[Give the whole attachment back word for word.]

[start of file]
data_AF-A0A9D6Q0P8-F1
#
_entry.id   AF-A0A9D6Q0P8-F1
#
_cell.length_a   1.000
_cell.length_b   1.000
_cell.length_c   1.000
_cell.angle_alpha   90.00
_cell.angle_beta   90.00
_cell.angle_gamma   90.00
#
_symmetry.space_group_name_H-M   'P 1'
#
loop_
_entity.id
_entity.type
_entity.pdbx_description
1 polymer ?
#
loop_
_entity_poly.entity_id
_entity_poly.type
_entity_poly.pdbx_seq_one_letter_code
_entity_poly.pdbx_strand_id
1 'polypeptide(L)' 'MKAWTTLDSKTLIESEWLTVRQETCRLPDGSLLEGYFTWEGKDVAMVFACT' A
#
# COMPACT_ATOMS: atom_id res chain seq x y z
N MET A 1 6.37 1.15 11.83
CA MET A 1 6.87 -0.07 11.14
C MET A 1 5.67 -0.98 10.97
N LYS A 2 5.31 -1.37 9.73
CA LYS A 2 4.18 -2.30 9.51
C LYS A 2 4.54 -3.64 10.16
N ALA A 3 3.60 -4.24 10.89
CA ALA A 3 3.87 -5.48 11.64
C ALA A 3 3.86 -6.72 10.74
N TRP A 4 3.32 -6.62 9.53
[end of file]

data_AF-A0A9D6Q0P8-F1
#
_entry.id   AF-A0A9D6Q0P8-F1
#
_cell.length_a   1.000
_cell.length_b   1.000
_cell.length_c   1.000
_cell.angle_alpha   90.00
_cell.angle_beta   90.00
_cell.angle_gamma   90.00
#
_symmetry.space_group_name_H-M   'P 1'
#
loop_
_entity.id
_entity.type
_entity.pdbx_description
1 polymer ?
#
loop_
_entity_poly.entity_id
_entity_poly.type
_entity_poly.pdbx_seq_one_letter_code
_entity_poly.pdbx_strand_id
1 'polypeptide(L)' 'MKAWTTLDSKTLIESEWLTVRQETCRLPDGSLLEGYFTWEGKDVAMVFACT' A
#
# COMPACT_ATOMS: atom_id res chain seq x y z
N MET A 1 6.37 1.15 11.83
CA MET A 1 6.87 -0.07 11.14
C MET A 1 5.67 -0.98 10.97
N LYS A 2 5.31 -1.37 9.73
CA LYS A 2 4.18 -2.30 9.51
C LYS A 2 4.54 -3.64 10.16
N ALA A 3 3.60 -4.24 10.89
CA ALA A 3 3.87 -5.48 11.64
C ALA A 3 3.86 -6.72 10.74
N TRP A 4 3.32 -6.62 9.53